Sermon June 2, 2019

Sermons

Emmanuel Episcopal Church
The Very Reverend David Bumsted
Sermon from May 12, 2019

O God, whose blessed Son, our great high priest, has entered once for all into the Holy Place and ever liveth to intercede on our behalf: grant that we, sanctified by the offering of his body may draw near with full assurance of faith by the way which he has dedicated for us and evermore serve thee, the living God; through the same thy Son, our Lord Jesus Christ, who liveth and reigneth with thee, O Father, and the Holy Spirit, one God, world without end. Amen.

Good Morning!
I need to start this week by recalling back to last week, when we read from the Acts of the Apostles, as we do throughout the Easter Season. Last Sunday, we heard about a woman called Lydia. St. Paul and company met her as she was worshipping God at a place of prayer close to a river by the gate of the ancient city of Philippi. Luke mentions that she was a merchant, having sold textiles dyed deep blue and purple. Her inventory was among the most sought after items by the Roman upper classes, and thus we can imagine that she was quite successful. Lydia, by her being a among the upper echelons of the Philippian merchant class, and being a gentile to boot, was kind of dark horse candidate for conversion to the Gospel of Jesus. At least, that’s probably what Paul thought at first, and likely why Luke was so interested in her story when he wrote the Acts. And yet, Luke recorded that her zeal was such that she had her whole household baptized and extended great hospitality to Paul and his compatriots.

I bring her up again because we heard about two more folks in today’s lessons from Acts that would not necessarily seem like prime candidates for conversion, especially given the little details that Luke gives about their background. But, as we’ve also heard today, the same God who speaks to the hearts of the most unexpected people, is the same God that moves the earth to free his Apostles.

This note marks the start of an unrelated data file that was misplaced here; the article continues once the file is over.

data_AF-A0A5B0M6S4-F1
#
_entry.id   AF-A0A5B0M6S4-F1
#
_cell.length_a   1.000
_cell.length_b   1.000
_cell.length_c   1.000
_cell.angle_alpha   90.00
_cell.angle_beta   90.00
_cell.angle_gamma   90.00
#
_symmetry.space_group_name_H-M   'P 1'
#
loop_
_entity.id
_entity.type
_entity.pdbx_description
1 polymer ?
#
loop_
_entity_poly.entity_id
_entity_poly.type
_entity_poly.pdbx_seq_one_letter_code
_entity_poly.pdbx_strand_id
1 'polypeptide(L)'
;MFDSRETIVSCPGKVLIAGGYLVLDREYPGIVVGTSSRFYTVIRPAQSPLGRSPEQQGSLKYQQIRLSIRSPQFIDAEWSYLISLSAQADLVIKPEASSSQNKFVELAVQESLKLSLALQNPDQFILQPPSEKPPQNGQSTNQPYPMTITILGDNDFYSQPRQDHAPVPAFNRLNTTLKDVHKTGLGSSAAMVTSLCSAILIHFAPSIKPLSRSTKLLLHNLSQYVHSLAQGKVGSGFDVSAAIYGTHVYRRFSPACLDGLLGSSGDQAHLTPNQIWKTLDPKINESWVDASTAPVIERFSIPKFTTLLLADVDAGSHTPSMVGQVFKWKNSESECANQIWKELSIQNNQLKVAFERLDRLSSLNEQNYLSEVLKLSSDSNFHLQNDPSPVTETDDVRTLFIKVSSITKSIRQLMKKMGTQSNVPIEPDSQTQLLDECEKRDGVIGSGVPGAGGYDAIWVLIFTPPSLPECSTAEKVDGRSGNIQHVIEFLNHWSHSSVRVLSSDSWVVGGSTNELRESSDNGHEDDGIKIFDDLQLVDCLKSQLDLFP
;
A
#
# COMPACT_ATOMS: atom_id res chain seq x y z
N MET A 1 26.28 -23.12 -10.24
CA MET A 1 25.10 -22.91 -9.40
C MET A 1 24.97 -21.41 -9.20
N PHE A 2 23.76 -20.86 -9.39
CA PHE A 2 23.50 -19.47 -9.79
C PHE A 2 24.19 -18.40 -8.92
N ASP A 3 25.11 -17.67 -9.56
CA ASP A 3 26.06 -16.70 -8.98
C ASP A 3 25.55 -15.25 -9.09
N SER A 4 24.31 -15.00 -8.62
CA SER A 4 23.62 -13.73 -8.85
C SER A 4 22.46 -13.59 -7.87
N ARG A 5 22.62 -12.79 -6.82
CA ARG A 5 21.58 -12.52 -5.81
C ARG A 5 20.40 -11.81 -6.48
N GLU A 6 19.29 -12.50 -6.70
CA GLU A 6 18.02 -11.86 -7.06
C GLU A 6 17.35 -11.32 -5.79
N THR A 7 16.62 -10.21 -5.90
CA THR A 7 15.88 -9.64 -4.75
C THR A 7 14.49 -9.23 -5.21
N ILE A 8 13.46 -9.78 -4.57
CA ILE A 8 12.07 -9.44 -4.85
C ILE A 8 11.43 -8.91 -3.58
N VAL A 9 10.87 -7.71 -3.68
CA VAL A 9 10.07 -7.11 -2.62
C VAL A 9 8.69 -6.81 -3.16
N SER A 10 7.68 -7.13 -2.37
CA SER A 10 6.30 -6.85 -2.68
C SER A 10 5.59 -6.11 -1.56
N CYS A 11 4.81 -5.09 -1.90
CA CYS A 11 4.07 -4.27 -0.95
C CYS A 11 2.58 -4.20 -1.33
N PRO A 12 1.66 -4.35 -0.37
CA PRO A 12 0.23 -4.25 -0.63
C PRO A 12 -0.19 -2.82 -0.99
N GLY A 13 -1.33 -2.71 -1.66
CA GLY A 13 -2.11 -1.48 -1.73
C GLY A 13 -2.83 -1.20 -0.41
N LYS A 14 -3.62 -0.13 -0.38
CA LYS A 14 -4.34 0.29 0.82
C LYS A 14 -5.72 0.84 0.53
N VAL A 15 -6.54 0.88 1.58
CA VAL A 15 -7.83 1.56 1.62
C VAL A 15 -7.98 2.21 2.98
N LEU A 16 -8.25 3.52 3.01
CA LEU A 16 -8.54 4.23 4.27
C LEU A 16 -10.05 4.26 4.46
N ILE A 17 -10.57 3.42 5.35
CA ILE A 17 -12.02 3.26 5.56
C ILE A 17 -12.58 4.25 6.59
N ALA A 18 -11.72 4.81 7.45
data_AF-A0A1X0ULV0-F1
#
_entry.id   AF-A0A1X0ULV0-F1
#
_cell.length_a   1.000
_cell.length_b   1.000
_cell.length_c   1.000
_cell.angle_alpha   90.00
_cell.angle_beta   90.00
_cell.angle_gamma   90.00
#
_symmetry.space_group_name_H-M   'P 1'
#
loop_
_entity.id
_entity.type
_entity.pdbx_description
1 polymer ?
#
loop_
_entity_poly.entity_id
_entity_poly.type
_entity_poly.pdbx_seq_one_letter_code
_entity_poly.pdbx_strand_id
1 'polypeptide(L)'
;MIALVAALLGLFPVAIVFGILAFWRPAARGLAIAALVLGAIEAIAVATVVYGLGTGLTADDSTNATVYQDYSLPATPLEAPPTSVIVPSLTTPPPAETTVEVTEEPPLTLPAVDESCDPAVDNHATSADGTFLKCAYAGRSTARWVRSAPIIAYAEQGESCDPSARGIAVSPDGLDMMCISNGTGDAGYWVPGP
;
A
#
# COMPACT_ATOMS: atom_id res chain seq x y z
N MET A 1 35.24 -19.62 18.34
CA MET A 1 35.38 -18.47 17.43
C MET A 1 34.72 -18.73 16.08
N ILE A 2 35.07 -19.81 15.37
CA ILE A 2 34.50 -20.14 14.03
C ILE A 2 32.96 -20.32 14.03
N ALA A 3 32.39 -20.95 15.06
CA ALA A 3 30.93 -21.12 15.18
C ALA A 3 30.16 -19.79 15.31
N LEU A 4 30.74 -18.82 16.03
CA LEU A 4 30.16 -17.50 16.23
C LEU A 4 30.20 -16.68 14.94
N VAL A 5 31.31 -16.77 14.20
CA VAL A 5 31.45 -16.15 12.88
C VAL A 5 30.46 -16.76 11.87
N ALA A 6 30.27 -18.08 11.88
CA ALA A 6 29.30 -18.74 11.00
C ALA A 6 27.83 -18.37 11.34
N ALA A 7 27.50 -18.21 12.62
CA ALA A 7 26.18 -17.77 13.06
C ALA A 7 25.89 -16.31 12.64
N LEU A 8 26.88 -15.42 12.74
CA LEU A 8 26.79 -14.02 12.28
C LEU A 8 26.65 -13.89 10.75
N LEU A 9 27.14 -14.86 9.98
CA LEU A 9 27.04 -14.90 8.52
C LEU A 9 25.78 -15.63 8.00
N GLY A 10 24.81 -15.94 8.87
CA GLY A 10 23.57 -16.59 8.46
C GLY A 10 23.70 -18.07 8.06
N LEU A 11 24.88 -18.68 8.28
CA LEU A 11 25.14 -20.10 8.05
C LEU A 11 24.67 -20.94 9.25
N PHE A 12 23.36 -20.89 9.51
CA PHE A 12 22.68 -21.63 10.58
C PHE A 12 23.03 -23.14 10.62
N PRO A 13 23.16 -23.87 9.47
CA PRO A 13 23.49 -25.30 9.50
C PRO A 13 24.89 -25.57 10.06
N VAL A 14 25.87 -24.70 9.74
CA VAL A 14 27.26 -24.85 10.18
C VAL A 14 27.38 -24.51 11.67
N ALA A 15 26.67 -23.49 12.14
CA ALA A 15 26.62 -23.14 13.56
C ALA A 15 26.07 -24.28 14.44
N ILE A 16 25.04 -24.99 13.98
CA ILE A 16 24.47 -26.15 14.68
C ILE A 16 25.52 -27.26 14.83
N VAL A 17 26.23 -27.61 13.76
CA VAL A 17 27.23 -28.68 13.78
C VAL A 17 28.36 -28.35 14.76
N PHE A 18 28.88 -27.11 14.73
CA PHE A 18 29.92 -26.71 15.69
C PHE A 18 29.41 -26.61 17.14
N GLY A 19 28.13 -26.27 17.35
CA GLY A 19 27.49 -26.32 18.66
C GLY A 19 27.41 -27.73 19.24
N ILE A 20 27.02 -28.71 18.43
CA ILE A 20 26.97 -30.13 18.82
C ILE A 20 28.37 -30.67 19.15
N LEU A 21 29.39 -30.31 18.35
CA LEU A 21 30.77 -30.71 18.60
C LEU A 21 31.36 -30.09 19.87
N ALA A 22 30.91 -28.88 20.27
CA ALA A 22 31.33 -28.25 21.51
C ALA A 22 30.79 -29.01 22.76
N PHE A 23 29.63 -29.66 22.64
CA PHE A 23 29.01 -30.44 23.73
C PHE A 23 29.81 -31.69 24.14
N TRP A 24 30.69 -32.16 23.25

First, we met a woman who is described as having a “spirit of divination” in our English translation. I was curious as to what this meant, and the original Greek language didn’t disappoint. It’s a small detail but it’s at least a little interesting that Luke described her as having a “pythian” spirit. This was a small way for Luke to tie her into the well-known oracles at Delphi, who thought of themselves as servants of Apollo, Greek god and slayer of a giant snake that guarded an area called Pytho. Bonus Fact: It’s where we get the word Python. In any case, This young woman, this lesser oracle, saw Paul and his colleagues for who they were and, rather annoyingly apparently, announced that “These men are slaves of the Most High God, who proclaim to you a way of salvation.” And even though she was correct, Paul rebuked the Pythian spirit in the girl and she was freed to follow up on her own announcement. This was an unexpected, but yet more blessed turn of events!

But the reaction to follow was about as normal as it gets. She was being trafficked as a soothsayer and her owners were not thrilled by their sudden shortfall of revenue. They took Paul and Silas to court and accused them of being Jews (which was not illegal but anti-semitism ran deep even then) and for preaching sedition (which was illegal but not exactly what they were doing). They were sent to the pokey for disturbing the peace and that is where we meet our next unexpected convert, the Roman jailer.